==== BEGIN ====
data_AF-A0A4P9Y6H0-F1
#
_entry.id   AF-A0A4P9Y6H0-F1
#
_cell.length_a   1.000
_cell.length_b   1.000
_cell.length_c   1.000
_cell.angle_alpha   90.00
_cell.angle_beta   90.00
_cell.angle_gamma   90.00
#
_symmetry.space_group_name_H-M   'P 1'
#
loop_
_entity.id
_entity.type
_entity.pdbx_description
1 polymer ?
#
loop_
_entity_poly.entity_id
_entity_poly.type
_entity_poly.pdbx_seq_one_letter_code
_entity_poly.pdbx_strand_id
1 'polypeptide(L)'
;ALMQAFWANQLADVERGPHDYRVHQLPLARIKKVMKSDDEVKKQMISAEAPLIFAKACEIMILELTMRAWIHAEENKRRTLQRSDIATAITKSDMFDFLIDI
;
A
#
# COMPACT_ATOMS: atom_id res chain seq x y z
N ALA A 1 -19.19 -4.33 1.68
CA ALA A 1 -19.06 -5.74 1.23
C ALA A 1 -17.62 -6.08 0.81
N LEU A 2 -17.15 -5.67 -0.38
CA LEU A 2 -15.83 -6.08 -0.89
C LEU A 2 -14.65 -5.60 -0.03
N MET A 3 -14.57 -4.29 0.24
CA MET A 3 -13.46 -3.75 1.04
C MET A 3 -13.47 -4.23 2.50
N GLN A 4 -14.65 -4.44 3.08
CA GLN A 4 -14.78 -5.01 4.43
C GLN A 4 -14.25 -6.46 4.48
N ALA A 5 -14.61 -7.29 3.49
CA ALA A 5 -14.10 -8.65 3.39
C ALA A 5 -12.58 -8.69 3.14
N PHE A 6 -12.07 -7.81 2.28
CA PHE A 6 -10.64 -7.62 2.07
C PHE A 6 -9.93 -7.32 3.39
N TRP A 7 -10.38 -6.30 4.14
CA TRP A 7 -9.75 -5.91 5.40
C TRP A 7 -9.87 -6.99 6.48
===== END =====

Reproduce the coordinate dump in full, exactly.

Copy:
data_AF-A0A4P9Y6H0-F1
#
_entry.id   AF-A0A4P9Y6H0-F1
#
_cell.length_a   1.000
_cell.length_b   1.000
_cell.length_c   1.000
_cell.angle_alpha   90.00
_cell.angle_beta   90.00
_cell.angle_gamma   90.00
#
_symmetry.space_group_name_H-M   'P 1'
#
loop_
_entity.id
_entity.type
_entity.pdbx_description
1 polymer ?
#
loop_
_entity_poly.entity_id
_entity_poly.type
_entity_poly.pdbx_seq_one_letter_code
_entity_poly.pdbx_strand_id
1 'polypeptide(L)'
;ALMQAFWANQLADVERGPHDYRVHQLPLARIKKVMKSDDEVKKQMISAEAPLIFAKACEIMILELTMRAWIHAEENKRRTLQRSDIATAITKSDMFDFLIDI
;
A
#
# COMPACT_ATOMS: atom_id res chain seq x y z
N ALA A 1 -19.19 -4.33 1.68
CA ALA A 1 -19.06 -5.74 1.23
C ALA A 1 -17.62 -6.08 0.81
N LEU A 2 -17.15 -5.67 -0.38
CA LEU A 2 -15.83 -6.08 -0.89
C LEU A 2 -14.65 -5.60 -0.03
N MET A 3 -14.57 -4.29 0.24
CA MET A 3 -13.46 -3.75 1.04
C MET A 3 -13.47 -4.23 2.50
N GLN A 4 -14.65 -4.44 3.08
CA GLN A 4 -14.78 -5.01 4.43
C GLN A 4 -14.25 -6.46 4.48
N ALA A 5 -14.61 -7.29 3.49
CA ALA A 5 -14.10 -8.65 3.39
C ALA A 5 -12.58 -8.69 3.14
N PHE A 6 -12.07 -7.81 2.28
CA PHE A 6 -10.64 -7.62 2.07
C PHE A 6 -9.93 -7.32 3.39
N TRP A 7 -10.38 -6.30 4.14
CA TRP A 7 -9.75 -5.91 5.40
C TRP A 7 -9.87 -6.99 6.48